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Using an alphabet like "1234567890ABCDEFGHIJKLMNOPQRSTUVWXYZ" I'd like to generate 2 to 4 letter codes to identify unique datastore entries. I have a python function capable of doing this when passed an list indicating the letter positions of the last code [7,17,11] -> "7GA". the next code can be made by incrementing that right most element by one and carrying one up when the alphabet length is exceeded.

This method has the advantage of keeping codes short, sequential, consistent, easy to communicate, and looking how I want them to.

I'm wondering though if this would work on app engine since the function must hold onto or be passed the last identifier to enforce uniqueness which may not play well with the non-continuous nature of Google's infrastructure. Alternate ways to make this happen or reasoned arguments against it are welcome.

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2 Answers 2

up vote 5 down vote accepted

If you're attached to having the codes be sequential, you'll need to have a single counter object that is transactionally locked and incremented each time a new entity is created. The argument against this is that you're defeating one of the major advantages of App Engine: concurrency. Unless your application has a specific need for sequential IDs, it's a bad idea.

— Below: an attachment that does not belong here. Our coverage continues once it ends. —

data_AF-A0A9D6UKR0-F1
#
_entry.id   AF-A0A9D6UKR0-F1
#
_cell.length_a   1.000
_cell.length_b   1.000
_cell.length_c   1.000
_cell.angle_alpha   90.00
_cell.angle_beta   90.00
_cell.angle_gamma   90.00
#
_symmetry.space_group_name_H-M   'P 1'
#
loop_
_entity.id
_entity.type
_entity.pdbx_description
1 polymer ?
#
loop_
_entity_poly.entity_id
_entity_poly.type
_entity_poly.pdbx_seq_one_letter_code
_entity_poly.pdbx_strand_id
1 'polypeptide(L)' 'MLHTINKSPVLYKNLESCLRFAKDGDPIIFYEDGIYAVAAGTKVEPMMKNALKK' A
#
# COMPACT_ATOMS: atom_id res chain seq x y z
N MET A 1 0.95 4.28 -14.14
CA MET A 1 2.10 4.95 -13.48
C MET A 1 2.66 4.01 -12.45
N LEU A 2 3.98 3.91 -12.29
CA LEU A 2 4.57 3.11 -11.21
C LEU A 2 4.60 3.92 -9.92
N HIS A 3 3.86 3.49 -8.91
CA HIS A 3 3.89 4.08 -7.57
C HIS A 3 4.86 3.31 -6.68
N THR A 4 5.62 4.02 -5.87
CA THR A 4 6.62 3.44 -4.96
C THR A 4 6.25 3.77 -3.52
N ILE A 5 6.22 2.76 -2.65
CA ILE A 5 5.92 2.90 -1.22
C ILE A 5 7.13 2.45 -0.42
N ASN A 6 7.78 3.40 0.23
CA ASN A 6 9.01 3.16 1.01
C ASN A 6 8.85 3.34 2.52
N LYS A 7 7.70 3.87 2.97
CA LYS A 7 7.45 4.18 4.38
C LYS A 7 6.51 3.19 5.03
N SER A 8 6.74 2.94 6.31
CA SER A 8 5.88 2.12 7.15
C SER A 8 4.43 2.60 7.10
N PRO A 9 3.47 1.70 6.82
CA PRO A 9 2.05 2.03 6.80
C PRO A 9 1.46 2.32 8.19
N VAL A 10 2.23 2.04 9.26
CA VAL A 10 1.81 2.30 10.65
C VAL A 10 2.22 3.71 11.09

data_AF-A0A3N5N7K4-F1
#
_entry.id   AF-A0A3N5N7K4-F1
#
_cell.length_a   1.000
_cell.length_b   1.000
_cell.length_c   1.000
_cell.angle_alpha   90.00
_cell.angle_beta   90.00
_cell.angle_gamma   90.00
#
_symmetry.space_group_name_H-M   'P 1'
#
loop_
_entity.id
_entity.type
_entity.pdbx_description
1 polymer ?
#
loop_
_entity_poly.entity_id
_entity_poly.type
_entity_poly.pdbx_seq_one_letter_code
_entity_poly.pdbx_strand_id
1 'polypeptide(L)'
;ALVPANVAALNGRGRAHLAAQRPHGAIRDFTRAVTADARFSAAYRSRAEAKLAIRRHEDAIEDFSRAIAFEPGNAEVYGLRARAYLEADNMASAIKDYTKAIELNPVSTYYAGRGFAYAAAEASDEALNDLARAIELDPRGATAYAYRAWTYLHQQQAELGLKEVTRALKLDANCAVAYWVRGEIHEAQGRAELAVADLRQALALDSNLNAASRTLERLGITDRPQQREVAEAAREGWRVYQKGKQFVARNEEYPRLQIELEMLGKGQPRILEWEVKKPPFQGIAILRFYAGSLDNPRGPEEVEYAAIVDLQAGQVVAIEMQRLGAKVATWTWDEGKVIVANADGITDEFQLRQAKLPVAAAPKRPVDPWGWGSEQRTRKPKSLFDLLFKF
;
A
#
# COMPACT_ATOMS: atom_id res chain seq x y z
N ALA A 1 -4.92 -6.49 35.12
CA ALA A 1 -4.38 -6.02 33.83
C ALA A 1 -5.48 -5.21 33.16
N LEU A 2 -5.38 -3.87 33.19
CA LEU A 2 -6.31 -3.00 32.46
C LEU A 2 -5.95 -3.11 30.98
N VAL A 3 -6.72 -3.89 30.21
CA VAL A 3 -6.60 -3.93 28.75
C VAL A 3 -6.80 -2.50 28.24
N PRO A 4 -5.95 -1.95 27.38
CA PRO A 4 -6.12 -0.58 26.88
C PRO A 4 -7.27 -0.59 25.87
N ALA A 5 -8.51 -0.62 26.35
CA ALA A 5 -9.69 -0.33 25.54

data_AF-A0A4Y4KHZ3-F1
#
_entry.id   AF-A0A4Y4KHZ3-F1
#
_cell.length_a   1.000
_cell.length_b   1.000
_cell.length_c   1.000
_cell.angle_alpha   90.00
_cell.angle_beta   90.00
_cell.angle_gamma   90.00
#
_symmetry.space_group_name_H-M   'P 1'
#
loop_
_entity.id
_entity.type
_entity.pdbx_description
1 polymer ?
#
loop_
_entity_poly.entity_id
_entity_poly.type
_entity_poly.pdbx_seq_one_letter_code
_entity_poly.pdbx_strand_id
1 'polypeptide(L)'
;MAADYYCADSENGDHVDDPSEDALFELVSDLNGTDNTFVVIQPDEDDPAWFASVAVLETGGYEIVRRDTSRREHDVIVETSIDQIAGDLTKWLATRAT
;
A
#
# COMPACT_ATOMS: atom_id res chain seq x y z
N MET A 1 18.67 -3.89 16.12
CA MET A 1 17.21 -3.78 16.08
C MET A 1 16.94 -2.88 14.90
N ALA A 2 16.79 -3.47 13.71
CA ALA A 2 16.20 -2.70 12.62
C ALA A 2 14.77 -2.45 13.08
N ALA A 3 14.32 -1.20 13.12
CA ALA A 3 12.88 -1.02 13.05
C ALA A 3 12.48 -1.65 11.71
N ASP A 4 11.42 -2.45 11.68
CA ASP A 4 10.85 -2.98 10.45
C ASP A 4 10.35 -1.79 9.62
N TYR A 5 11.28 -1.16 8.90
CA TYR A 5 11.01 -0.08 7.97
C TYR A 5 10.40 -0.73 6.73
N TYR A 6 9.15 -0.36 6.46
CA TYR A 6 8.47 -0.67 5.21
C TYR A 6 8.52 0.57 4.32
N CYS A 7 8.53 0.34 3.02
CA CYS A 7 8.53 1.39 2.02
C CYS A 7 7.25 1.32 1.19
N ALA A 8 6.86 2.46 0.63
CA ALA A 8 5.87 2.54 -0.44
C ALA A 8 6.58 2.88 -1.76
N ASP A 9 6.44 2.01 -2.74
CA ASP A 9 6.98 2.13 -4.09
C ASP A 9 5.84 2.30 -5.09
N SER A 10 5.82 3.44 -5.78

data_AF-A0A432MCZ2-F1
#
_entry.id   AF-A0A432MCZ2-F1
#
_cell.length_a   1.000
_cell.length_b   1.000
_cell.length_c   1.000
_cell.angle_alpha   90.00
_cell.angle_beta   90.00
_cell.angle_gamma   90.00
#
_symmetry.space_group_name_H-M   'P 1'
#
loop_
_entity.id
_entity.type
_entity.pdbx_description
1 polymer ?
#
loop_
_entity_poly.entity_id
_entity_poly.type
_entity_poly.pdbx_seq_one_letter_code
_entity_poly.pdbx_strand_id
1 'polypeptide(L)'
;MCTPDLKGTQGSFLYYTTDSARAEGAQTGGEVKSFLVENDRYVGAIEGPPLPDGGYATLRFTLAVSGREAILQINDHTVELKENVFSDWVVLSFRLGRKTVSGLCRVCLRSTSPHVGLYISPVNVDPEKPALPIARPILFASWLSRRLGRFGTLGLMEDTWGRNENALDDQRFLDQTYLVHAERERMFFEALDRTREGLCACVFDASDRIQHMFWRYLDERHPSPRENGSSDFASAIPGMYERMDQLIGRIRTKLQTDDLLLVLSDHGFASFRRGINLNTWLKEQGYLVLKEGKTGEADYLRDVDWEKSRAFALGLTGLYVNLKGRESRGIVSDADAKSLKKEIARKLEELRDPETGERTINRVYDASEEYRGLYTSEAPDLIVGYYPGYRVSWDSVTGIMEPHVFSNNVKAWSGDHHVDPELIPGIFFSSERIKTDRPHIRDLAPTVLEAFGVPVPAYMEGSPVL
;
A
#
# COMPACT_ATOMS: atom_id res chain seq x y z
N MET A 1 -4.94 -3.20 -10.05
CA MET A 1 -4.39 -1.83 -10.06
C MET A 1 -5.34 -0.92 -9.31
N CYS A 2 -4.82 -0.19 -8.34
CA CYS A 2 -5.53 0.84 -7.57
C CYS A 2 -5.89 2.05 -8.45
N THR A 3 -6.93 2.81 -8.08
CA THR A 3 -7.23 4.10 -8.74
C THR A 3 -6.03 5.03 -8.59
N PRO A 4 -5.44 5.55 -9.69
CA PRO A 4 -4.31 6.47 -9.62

If you let App Engine auto-assign IDs they will be non-sequential, but you can convert the integer to and from base 36 when displaying it to the user. Here's a python function to convert an integer to and from arbitrary bases.

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I see the value in using the standard ids and just converting/encoding them for urls. –  Regis Frey Jul 12 '10 at 23:43

This would be difficult to use as-is on app engine because many copies of your application could be running at once. Each copy would need access to the "last identifier" and be able to update it atomically. This would likely require too much overhead, unless you only need to generate new IDs in this fashion rather infrequently.

Why not use GAE's built-in numeric IDs? They are guaranteed to be unique and are also easy to communicate. They are also generally sequential and increasing, though this is not guaranteed.

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